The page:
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NEW YORK — Bon-Ton Stores and Elder-Beerman Stores, two of the larger regional department store groups in the U.S., managed to cut back on losses during the second quarter.

This story first appeared in the August 23, 2002 issue of WWD.  Subscribe Today.

Bon-Ton nearly halved its quarterly loss while Elder-Beerman cut more than half from its deficit for the quarter. Both stores are among a dwindling group of regional chains that have been under considerable operating pressure in recent years. As reported, similar stress led bankrupt Jacobson Stores to begin liquidating its large-format specialty stores beginning last month.

At Bon-Ton, net losses totaled $1.6 million, or 10 cents a share, for the quarter ended Aug. 3. This compared with a year-ago loss of $3.1 million, or 21 cents.

Revenues, on both a comparable and total basis, tiptoed up 2 percent to $154.4 million from $151.4 million a year ago. The York, Pa.-based firm operates 73 department stores in the New England and mid-Atlantic states.

Gross margins increased by 100 basis points to 37.6 percent of sales while selling, general and administrative expenses were cut, also by 100 basis points, to 34.9 percent of sales.

“While encouraged by these results, we continue to focus on keeping inventory current and controlling expenses given the economic environment and the recent trend of conservative spending by the consumer,” said James Baireuther, vice chairman and chief administrative officer, in a statement.

So far this year, he added, retail inventories have fell 17 percent.

The first half saw losses shrink to $5.9 million, or 39 cents a share, from $8.1 million, or 54 cents, a year ago. Total and comparable sales for the 26 weeks rose 1.3 percent to $305.5 million from $301.6 million a year ago.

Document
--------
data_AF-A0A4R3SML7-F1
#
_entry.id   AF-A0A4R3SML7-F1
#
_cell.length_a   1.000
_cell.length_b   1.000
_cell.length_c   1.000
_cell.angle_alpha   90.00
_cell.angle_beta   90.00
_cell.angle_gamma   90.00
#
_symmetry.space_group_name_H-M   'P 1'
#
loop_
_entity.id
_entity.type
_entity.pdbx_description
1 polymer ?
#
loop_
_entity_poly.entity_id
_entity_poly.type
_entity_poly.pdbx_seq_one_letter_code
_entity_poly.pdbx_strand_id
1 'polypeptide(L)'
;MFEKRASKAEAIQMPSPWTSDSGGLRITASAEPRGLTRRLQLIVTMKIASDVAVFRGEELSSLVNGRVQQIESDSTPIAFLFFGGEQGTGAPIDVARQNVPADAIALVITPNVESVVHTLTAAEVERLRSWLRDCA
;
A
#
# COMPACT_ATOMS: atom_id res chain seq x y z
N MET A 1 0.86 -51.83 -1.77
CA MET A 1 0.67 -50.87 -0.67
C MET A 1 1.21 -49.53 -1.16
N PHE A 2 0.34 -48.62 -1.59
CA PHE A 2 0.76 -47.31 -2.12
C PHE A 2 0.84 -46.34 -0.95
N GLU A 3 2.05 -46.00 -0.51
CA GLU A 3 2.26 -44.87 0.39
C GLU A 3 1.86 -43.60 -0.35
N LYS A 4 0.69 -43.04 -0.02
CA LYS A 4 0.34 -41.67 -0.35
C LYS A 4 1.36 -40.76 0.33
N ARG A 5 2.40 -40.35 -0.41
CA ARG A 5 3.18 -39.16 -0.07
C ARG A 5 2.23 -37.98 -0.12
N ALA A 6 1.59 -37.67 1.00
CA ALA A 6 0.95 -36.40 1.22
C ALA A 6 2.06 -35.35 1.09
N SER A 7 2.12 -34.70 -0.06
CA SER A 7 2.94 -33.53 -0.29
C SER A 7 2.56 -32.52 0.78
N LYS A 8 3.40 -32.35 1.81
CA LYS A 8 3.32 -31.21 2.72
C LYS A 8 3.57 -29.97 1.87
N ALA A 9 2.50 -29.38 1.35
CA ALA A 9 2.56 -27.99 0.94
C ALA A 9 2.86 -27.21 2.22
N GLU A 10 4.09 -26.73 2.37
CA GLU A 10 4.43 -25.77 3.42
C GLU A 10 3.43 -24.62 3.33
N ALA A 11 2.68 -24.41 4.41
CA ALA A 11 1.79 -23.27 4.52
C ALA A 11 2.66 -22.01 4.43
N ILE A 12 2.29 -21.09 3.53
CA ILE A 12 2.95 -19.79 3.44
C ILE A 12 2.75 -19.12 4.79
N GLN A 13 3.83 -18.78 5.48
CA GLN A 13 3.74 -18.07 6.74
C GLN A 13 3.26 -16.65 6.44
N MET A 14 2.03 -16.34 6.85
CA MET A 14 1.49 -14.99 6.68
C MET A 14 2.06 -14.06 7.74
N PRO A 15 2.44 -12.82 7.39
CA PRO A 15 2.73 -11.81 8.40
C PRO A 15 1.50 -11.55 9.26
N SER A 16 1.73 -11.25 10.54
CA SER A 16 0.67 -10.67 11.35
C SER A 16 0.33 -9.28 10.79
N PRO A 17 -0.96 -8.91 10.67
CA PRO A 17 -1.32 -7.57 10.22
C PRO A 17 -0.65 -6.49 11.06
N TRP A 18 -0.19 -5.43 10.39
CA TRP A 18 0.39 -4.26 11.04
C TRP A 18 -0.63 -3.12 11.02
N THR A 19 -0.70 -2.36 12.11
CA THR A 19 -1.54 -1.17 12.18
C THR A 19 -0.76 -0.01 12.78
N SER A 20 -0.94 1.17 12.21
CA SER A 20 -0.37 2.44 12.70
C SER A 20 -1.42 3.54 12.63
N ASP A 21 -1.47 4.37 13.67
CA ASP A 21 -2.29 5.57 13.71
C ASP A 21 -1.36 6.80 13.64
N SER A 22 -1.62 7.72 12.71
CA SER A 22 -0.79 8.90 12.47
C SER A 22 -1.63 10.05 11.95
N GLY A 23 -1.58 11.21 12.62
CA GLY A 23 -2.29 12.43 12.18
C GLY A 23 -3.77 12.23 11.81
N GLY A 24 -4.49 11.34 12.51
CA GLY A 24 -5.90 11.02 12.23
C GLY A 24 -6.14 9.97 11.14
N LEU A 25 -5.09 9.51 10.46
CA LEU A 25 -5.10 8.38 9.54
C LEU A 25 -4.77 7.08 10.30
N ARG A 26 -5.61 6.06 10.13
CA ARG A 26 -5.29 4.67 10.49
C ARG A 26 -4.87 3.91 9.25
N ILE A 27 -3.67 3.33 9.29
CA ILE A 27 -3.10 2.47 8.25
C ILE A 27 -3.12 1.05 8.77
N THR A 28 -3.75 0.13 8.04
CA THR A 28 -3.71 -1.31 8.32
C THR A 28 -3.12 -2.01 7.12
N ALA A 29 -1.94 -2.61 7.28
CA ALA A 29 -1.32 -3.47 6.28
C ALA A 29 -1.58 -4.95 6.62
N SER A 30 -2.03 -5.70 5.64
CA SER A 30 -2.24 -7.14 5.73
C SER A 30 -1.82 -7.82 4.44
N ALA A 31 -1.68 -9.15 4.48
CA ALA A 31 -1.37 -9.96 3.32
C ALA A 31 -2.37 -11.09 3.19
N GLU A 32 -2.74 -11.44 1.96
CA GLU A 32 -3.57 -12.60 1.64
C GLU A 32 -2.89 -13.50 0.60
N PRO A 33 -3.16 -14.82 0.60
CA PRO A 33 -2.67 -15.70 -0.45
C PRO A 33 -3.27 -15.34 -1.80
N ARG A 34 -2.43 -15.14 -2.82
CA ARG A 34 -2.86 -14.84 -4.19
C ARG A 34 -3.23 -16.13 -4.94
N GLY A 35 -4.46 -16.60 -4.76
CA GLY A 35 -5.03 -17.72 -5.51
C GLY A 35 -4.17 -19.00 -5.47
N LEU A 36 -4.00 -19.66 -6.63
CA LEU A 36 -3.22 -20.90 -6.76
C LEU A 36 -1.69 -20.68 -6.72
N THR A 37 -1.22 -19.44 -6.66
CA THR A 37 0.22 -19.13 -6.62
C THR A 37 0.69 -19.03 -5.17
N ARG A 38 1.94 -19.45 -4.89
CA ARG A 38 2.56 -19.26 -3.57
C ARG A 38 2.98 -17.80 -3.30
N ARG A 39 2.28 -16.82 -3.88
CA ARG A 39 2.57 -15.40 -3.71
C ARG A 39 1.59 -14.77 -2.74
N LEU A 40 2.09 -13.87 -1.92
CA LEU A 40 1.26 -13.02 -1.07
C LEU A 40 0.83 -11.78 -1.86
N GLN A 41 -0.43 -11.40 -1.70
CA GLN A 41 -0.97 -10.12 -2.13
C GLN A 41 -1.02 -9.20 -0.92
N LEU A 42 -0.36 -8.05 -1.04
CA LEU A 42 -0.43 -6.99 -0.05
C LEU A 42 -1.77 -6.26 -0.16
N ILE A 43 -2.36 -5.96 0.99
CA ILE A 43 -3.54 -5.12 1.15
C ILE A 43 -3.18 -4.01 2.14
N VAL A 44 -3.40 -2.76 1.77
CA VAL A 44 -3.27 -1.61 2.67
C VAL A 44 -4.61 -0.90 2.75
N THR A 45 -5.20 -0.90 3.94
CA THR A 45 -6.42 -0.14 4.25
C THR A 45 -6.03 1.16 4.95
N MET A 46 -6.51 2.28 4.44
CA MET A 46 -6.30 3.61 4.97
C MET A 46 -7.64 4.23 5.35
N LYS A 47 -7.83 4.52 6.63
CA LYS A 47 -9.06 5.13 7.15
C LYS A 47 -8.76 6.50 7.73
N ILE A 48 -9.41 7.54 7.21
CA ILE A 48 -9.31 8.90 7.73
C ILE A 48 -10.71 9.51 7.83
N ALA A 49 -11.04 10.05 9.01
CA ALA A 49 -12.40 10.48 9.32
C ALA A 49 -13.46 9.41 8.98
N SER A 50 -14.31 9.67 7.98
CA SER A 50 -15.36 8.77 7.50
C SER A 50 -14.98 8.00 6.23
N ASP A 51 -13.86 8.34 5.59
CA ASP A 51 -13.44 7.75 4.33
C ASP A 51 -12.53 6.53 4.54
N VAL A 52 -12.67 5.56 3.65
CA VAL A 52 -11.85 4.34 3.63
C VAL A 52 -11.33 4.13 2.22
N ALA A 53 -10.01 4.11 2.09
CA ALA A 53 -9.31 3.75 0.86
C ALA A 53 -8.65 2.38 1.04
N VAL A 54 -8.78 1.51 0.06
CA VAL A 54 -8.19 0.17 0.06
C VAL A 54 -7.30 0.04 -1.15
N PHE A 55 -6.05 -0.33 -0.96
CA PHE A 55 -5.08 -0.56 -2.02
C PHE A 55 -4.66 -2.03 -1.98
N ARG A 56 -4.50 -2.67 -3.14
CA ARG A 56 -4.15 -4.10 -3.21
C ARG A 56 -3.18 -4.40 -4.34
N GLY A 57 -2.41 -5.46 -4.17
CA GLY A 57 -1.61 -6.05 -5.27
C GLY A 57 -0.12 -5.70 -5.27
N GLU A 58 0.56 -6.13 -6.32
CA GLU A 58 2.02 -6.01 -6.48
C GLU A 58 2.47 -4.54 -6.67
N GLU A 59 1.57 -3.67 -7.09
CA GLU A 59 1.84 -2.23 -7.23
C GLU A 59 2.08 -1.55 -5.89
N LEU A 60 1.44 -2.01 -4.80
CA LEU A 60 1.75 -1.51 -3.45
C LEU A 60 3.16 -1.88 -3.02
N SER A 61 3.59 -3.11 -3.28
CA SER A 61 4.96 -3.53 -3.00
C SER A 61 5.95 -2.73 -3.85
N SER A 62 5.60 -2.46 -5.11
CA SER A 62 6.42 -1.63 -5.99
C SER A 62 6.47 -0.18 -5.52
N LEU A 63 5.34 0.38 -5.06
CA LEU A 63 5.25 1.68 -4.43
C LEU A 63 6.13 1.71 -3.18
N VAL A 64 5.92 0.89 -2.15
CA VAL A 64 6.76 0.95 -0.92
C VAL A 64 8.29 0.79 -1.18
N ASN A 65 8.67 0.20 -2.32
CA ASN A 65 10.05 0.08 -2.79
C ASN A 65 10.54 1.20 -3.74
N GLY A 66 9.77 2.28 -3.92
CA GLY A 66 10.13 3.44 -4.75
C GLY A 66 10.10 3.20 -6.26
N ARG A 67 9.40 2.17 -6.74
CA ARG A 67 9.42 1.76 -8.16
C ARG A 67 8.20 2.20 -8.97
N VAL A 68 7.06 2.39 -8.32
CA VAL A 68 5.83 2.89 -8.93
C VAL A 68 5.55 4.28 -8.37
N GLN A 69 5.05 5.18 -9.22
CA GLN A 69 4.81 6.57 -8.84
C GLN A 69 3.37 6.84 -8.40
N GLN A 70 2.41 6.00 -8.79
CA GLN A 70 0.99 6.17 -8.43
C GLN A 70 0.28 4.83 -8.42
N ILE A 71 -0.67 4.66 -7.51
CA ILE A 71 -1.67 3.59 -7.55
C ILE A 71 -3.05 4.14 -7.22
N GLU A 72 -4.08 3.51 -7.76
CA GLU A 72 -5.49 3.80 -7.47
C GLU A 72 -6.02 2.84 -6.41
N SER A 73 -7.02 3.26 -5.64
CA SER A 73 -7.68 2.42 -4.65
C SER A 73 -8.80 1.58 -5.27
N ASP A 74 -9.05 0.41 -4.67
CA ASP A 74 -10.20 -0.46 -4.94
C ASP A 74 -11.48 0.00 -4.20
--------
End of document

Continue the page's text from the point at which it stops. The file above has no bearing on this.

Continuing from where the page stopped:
Dayton, Ohio-based Elder-Beerman Stores reported a net loss of $1.7 million, or 15 cents a diluted share. That compares favorably to last year’s net loss of $3.6 million, or 32 cents.

Second-quarter earnings included pretax income of $300,000 related to a store closing in Dayton, $200,000 in pretax income from the sale of some non-core assets, and another $400,000 in pretax severance costs related to cost reductions and management changes. Excluding those sums, Elder-Beerman would have reported a slightly greater net loss of $1.8 million, 16 cents.

Total revenues for the period rose 2.3 percent to $140.9 million from $137.8 million last year as comp-store sales fell 1.8 percent. The company currently operates 66 stores in eight Midwestern and Middle Atlantic states.

“During the second quarter we enhanced our direct marketing with a new customer-relationship management program and implemented a strong key-item merchandising initiative for the third and fourth quarters of 2002,” said chief executive officer Byron Bergren in a statement. “As previously announced, we successfully completed the renewal of our $270 million credit and securitization facilities during the second quarter, providing the flexibility and liquidity to execute our business strategies over the next few years.”

Overall, for the first half of fiscal 2002, Elder-Beerman reported a net loss of $19.3 million, or $1.70 a diluted share. That compares with last year’s loss of $3.8 million, or 33 cents. In the first quarter, the company adopted the new accounting standard regarding the amortization of goodwill. As a result, Elder-Beerman took a one-time after-tax charge of $14.1 million. Excluding that write-off, the company would have posted a more modest net loss of $5.2 million, or 46 cents.